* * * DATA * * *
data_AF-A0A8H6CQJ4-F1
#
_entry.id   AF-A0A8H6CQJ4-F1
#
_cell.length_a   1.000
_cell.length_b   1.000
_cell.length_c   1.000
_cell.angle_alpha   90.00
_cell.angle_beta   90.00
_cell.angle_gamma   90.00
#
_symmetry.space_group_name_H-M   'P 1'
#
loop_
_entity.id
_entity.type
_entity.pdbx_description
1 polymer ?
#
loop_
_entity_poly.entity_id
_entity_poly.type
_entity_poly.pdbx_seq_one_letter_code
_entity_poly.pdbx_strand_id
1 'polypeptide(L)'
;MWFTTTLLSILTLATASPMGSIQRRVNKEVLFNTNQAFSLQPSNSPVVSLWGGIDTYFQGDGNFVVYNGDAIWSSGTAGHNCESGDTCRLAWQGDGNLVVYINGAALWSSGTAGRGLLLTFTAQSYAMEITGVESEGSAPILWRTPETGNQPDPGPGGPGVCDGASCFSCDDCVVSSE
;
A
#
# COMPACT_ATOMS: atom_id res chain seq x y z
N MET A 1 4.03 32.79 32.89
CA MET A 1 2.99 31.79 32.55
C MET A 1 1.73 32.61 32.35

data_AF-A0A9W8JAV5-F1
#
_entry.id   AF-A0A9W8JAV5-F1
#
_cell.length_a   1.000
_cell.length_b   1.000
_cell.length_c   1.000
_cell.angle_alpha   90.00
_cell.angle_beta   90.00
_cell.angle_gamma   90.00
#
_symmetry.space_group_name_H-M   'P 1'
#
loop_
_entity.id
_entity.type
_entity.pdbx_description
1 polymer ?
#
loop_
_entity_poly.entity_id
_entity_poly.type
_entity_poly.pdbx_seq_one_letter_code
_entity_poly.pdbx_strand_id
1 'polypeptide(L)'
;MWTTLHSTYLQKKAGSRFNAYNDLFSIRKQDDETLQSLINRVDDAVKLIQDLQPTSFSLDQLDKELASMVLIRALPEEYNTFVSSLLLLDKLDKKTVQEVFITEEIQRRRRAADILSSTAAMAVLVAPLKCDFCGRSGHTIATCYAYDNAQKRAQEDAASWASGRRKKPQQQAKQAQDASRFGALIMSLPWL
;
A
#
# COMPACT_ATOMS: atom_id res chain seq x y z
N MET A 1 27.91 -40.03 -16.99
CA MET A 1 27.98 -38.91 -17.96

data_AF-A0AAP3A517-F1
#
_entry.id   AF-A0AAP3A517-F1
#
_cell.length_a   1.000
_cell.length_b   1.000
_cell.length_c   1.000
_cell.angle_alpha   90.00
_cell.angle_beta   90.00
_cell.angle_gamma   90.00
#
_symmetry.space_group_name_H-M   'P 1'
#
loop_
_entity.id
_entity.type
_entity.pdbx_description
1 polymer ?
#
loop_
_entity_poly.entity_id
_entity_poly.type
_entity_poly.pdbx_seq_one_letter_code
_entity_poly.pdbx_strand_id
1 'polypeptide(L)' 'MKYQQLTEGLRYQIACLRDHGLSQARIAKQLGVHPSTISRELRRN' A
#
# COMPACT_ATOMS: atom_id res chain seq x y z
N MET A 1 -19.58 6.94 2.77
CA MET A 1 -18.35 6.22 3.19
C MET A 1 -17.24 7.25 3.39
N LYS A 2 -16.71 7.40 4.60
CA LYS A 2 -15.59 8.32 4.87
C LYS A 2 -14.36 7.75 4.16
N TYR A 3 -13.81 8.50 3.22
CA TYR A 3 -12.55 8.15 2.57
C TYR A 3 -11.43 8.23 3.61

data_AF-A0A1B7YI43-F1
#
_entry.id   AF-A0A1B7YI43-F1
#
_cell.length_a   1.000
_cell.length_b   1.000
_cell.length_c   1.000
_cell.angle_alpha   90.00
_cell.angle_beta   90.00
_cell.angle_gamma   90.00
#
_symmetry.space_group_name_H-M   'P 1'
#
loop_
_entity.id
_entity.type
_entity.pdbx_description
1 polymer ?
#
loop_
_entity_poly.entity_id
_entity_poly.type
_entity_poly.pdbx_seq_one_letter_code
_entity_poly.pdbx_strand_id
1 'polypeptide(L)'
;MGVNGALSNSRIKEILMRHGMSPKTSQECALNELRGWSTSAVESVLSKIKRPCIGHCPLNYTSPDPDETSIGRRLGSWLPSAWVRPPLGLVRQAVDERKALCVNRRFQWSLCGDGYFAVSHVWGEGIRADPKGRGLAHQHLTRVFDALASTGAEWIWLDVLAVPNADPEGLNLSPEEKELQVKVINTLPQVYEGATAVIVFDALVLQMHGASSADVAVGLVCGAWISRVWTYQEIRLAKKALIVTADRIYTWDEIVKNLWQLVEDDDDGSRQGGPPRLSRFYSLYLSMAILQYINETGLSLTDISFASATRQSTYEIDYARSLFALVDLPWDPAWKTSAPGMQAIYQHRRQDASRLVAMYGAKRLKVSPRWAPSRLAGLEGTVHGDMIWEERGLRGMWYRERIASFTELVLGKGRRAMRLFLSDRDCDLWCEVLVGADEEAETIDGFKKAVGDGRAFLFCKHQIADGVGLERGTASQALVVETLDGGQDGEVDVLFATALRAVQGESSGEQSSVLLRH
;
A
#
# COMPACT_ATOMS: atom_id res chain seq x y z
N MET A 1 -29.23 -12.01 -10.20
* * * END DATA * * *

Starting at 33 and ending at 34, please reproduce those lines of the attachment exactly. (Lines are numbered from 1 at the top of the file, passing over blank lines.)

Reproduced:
C MET A 1 1.73 32.61 32.35

data_AF-A0A9W8JAV5-F1